For All Spinning® Enthusiasts

Spinning Shoes vs. Regular Sneakers: Do Shoes Make the Workout?

Are you new to indoor cycling, or have you reached a point in your training where you think you could benefit from an upgrade in your gear? If so, it may interest you to know that one of the most important purchases you can make -- in terms of comfort and results -- is a good pair of shoes.

When it comes to exercise, most of us assume that running shoes or cross trainers are probably good enough. But if you’re serious about moving up to the next level of indoor cycling, some new shoes can make all the difference. Yes, a good pair of clearance sneakers or cross trainers may work for almost every type of workout activity, but they aren’t optimized for cycling. Here are some benefits that you will see if you take the plunge and get some professional-quality shoes for a Spinning® class:

 

  1. Thicker soles – Cycling shoes have a thicker sole, so all of your power is transferred to the pedals. This stiffer sole also helps to give your foot the support that it needs to prevent cramping, and to reduce the danger of injury.
  2. Tighter fit – Cycling shoes are designed to fit your foot more snuggly than sneakers can; this prevents slipping inside the shoe, which can cause blisters to form.
  3. Minimal cushion – Since you’re on an indoor cycling bike, there is no need for additional cushion inside of your Spinning® shoes. This means that your energy is transferred to the pedals, not dampened with cushion.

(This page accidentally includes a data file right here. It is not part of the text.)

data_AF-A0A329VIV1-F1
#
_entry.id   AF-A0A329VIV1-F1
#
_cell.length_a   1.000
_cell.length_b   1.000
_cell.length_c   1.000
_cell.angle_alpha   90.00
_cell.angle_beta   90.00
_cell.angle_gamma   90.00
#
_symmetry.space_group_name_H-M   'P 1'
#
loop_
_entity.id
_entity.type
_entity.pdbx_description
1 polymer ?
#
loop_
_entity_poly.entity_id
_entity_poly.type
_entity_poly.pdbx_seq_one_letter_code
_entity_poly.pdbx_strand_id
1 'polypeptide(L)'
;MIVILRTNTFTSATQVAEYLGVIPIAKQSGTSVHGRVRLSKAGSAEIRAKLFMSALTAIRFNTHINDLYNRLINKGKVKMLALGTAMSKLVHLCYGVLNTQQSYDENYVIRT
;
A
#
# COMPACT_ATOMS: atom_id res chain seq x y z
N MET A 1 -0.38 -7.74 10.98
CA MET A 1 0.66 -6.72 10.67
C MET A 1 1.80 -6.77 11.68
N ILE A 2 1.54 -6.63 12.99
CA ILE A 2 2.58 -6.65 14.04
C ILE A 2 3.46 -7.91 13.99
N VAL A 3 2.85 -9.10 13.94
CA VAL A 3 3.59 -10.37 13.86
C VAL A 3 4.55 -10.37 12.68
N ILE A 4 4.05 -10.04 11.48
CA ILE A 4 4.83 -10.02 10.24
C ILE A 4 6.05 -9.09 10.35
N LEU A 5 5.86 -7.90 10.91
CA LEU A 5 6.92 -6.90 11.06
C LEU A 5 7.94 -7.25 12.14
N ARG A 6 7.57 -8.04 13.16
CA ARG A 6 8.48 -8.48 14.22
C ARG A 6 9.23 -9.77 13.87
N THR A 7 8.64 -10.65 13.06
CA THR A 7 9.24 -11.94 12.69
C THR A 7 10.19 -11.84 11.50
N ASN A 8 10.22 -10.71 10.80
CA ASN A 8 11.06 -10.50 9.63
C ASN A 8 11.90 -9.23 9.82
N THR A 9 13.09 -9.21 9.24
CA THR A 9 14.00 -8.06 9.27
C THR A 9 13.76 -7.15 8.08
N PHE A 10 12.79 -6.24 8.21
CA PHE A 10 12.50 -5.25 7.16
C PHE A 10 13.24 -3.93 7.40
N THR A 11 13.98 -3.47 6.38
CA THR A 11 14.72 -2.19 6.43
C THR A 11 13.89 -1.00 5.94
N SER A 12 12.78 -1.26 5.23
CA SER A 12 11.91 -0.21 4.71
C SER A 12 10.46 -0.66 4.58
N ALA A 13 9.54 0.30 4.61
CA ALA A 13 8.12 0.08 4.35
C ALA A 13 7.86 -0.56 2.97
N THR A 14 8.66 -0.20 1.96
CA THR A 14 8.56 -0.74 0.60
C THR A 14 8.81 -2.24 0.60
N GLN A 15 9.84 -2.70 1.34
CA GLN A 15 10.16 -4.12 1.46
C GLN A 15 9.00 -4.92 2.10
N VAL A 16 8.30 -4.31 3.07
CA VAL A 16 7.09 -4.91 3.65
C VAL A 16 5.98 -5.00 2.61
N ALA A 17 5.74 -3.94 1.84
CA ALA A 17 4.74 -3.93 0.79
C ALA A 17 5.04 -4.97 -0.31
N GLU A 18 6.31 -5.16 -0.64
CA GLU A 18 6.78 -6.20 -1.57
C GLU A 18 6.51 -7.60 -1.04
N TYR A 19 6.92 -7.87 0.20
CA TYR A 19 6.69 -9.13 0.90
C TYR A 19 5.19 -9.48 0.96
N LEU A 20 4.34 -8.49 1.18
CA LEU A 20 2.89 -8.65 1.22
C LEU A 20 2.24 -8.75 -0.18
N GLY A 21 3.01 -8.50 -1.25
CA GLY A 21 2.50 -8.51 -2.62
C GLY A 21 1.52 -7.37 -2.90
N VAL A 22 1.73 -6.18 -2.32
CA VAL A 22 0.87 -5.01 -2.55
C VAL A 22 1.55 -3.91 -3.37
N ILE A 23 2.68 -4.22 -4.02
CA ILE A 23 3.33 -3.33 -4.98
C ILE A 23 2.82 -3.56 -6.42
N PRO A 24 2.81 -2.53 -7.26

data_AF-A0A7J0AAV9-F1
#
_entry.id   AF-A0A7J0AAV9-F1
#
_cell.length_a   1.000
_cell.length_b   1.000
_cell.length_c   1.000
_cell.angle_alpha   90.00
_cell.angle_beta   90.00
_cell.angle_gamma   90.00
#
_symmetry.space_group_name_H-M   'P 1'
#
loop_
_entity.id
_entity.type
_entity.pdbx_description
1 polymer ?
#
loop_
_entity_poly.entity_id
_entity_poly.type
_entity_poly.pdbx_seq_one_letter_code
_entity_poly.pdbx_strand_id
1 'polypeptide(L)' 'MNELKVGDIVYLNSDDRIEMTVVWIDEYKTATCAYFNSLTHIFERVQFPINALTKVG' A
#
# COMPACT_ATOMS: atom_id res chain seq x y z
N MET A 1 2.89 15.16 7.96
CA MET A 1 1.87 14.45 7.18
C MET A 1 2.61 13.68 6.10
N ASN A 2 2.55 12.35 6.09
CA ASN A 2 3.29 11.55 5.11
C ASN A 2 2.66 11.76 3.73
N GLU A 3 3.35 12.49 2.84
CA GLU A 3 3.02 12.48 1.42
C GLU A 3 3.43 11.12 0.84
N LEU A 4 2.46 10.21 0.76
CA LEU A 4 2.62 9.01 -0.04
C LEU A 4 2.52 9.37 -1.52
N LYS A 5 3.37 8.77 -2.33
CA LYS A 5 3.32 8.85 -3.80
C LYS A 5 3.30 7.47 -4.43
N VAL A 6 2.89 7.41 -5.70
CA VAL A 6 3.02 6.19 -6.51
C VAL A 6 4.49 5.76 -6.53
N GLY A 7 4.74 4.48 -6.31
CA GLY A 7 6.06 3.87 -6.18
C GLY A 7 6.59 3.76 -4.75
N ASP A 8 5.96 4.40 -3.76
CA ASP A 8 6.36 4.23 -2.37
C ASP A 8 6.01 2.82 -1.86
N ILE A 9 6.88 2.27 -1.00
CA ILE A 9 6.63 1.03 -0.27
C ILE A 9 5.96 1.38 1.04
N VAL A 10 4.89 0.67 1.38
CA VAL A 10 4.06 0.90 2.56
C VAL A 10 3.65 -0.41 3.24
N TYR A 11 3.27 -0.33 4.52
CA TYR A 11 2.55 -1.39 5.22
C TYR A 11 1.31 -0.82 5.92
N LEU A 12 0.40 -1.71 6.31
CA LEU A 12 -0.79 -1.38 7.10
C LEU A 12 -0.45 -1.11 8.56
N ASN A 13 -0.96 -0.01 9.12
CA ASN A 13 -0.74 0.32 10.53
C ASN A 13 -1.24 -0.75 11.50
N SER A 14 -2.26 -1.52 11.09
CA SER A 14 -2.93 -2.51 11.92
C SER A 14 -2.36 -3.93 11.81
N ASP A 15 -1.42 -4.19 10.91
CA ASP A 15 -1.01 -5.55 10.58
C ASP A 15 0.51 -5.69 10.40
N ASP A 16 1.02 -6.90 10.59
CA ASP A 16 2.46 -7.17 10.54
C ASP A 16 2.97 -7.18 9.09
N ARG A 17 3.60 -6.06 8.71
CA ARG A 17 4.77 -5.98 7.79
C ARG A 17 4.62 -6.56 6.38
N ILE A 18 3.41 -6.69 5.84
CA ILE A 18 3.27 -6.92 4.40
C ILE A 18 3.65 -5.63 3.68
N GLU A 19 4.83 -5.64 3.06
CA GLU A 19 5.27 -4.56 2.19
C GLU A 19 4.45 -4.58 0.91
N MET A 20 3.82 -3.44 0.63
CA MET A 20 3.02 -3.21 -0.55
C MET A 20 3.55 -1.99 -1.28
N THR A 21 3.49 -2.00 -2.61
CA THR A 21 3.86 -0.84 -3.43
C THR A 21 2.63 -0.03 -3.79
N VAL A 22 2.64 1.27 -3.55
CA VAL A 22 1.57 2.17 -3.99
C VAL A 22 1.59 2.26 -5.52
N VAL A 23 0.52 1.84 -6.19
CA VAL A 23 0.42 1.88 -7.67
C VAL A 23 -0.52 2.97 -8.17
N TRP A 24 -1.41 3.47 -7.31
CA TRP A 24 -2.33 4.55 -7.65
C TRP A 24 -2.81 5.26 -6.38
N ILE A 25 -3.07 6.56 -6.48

4. Ventilation – Spinning® shoes are designed to be very well-ventilated, due to the extremely lightweight material that is used in their construction. Again, the result is that all your energy is transferred to the pedals, where you need it most.
  5. Cleats or clips can be attached to ensure that your cycling shoes are always in contact with the pedals, giving you greater control.
  6. There are many types of cycling shoes available to you and they all come with their own distinct advantages. There are cycling shoes that are designed to look like running shoes, which have recessed cleat attachments; or you could go with cycling shoes that are designed for triathlons, which are designed to be slipped off quickly, or even left attached to the pedals.

One thing to remember when you set out to purchase new cycling shoes- they’re intended to fit tighter than ordinary shoes. You’ll also want to make sure they’re comfortable while cycling, not walking and running. You’re not going to jog in them.

After you purchase your new shoes, consider drying them after each workout to ensure that they don’t stretch.

Spinning® bikes use SPD® pedals, and if you want to clip into the pedals, you will need a solid pair of SPD-compatible shoes. You can find a wide variety of affordable, durable indoor cycling shoes from Spinning®, the indoor cycling world leader. Browse our full selection today

Continue Reading

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Why Women’s Spinning Shoes are a Must Have for Effective Indoor Cycling
Spinning Shoes vs Cycling Shoes – What are the Differences?
Do You Need Cleats with Indoor Cycling Shoes?>

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